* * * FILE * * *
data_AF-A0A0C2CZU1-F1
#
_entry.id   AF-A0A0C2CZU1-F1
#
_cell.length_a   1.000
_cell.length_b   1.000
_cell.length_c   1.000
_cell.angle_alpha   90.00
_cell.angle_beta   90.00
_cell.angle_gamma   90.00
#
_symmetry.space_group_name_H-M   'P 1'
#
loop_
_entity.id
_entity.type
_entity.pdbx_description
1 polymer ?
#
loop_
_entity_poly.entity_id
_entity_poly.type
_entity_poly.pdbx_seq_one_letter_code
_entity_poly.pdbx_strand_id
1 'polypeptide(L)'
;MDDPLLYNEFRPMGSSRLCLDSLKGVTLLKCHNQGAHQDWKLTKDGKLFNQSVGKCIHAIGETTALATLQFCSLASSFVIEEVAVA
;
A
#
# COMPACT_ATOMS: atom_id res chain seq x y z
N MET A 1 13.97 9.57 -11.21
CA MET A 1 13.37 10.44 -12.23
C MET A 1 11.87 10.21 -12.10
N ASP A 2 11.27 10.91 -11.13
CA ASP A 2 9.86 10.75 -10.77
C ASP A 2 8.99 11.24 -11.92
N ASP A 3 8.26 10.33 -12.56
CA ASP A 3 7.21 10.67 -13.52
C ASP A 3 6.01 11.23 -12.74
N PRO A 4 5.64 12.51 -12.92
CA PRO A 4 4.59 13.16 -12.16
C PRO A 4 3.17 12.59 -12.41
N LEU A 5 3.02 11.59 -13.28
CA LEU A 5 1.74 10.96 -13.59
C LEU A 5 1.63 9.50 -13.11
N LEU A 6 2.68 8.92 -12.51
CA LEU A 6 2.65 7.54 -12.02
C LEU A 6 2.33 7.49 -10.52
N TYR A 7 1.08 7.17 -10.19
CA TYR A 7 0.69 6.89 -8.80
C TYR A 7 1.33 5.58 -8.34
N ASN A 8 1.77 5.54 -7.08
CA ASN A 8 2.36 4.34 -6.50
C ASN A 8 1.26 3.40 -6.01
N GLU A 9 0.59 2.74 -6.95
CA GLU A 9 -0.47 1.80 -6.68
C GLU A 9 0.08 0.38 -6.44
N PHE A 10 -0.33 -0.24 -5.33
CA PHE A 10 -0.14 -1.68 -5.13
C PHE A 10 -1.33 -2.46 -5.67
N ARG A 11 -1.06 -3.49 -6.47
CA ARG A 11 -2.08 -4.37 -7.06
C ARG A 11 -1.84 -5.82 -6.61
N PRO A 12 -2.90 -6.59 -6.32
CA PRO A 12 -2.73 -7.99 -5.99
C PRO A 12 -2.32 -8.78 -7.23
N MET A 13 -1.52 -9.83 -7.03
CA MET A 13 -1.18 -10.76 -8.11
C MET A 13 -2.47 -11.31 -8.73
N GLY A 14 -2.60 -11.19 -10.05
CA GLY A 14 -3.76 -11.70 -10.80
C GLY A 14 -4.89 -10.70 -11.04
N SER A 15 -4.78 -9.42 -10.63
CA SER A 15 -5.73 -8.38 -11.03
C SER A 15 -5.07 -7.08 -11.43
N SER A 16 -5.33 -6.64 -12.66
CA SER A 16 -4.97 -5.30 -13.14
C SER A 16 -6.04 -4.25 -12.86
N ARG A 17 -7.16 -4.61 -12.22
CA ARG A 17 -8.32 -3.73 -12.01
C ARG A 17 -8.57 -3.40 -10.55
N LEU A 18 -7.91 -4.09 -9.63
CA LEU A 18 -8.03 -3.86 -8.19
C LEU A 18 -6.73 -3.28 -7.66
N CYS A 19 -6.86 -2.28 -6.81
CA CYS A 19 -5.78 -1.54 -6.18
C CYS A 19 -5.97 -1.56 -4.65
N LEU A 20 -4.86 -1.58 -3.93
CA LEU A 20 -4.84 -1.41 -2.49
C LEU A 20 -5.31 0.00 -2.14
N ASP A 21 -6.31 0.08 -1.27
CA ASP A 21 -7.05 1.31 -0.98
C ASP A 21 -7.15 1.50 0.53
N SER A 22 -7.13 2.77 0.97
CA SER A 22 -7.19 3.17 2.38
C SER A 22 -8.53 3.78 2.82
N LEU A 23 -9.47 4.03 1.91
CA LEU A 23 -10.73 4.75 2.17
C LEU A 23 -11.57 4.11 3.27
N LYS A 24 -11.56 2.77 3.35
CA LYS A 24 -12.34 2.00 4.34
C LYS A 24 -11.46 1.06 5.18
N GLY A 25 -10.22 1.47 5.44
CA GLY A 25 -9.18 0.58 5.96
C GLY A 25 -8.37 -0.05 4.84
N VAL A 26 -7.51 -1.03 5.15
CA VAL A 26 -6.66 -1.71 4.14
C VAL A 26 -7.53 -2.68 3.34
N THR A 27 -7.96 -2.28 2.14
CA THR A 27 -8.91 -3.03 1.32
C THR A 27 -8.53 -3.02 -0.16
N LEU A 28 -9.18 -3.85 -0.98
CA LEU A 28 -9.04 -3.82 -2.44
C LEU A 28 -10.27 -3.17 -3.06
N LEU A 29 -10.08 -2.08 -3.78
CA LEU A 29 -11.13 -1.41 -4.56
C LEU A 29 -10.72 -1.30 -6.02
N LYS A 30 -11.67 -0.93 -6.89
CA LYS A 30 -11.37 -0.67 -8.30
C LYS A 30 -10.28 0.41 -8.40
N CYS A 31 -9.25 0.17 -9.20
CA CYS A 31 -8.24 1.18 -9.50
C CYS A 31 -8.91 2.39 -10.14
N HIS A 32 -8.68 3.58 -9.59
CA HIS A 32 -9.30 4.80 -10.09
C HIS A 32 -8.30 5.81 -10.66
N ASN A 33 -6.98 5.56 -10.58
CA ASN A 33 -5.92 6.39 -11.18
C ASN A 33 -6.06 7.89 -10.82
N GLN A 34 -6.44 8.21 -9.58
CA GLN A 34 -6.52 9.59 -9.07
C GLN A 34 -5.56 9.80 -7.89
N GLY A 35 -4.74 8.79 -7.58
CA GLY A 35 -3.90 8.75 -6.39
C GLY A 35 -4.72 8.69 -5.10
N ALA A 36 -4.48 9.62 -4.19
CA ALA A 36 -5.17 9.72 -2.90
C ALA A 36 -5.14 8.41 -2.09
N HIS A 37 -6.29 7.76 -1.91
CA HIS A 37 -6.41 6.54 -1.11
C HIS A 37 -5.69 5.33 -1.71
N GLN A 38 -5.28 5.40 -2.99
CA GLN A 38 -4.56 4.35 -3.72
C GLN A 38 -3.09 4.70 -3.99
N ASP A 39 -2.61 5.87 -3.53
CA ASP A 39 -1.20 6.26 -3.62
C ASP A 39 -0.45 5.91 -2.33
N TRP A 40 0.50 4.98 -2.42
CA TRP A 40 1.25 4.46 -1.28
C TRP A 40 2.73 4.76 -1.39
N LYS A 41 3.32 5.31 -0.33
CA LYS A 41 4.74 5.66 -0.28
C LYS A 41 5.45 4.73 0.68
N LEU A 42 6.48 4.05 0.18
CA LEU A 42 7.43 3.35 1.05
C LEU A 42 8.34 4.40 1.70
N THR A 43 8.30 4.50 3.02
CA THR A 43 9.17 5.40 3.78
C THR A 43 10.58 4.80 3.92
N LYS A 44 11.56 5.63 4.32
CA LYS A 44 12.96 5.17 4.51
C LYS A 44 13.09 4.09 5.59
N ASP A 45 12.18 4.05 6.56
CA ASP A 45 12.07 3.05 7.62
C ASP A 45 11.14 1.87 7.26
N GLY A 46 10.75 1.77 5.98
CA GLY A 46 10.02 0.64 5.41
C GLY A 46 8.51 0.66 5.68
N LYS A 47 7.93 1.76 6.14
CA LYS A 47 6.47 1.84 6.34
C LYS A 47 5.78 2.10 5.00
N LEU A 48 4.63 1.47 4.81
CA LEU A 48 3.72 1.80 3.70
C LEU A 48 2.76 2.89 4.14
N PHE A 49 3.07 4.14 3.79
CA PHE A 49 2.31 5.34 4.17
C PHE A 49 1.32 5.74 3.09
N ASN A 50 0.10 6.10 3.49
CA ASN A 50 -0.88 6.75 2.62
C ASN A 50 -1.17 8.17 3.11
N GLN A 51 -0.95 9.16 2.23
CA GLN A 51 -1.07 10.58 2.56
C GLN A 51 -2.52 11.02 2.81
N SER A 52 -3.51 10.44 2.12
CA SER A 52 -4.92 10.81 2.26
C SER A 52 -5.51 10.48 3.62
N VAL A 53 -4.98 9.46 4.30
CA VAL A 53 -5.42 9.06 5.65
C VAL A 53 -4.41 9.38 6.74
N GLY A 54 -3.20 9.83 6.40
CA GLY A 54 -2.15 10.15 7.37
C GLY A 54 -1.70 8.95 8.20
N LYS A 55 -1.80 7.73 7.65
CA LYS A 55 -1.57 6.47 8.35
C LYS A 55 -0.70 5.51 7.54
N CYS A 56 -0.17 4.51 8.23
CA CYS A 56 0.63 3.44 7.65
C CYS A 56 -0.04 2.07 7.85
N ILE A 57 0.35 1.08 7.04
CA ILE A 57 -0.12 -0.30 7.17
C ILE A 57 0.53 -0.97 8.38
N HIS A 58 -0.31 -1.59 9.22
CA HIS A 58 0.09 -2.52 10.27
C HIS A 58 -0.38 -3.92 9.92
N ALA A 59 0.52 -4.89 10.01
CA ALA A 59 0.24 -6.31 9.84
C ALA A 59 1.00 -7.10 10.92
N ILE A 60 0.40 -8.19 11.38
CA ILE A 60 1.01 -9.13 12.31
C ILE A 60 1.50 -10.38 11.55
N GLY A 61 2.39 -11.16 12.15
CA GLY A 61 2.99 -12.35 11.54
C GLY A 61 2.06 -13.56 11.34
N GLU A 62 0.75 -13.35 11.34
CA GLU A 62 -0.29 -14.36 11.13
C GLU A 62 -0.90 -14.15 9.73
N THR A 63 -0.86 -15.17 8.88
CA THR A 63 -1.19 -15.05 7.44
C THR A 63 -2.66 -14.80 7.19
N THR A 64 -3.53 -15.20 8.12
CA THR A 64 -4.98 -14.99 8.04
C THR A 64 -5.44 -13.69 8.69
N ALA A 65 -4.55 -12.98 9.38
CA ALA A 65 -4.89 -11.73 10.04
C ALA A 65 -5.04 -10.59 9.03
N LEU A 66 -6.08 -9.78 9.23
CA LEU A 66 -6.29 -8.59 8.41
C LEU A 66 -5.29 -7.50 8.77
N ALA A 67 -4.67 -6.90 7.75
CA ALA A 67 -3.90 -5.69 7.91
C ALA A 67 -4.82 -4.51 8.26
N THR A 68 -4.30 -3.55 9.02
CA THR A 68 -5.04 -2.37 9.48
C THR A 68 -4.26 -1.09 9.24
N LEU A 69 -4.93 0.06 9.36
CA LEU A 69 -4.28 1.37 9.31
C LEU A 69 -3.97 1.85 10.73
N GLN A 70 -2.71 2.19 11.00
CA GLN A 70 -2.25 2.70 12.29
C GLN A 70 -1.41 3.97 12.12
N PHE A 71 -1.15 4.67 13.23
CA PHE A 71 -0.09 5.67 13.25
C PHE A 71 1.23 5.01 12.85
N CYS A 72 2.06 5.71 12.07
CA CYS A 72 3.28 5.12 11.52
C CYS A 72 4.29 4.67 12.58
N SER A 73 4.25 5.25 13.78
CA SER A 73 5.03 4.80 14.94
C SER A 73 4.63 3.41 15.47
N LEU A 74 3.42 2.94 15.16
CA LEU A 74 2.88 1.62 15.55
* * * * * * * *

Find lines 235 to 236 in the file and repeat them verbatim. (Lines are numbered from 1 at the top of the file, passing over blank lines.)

N LEU A 69 -4.93 0.06 9.36
CA LEU A 69 -4.28 1.37 9.31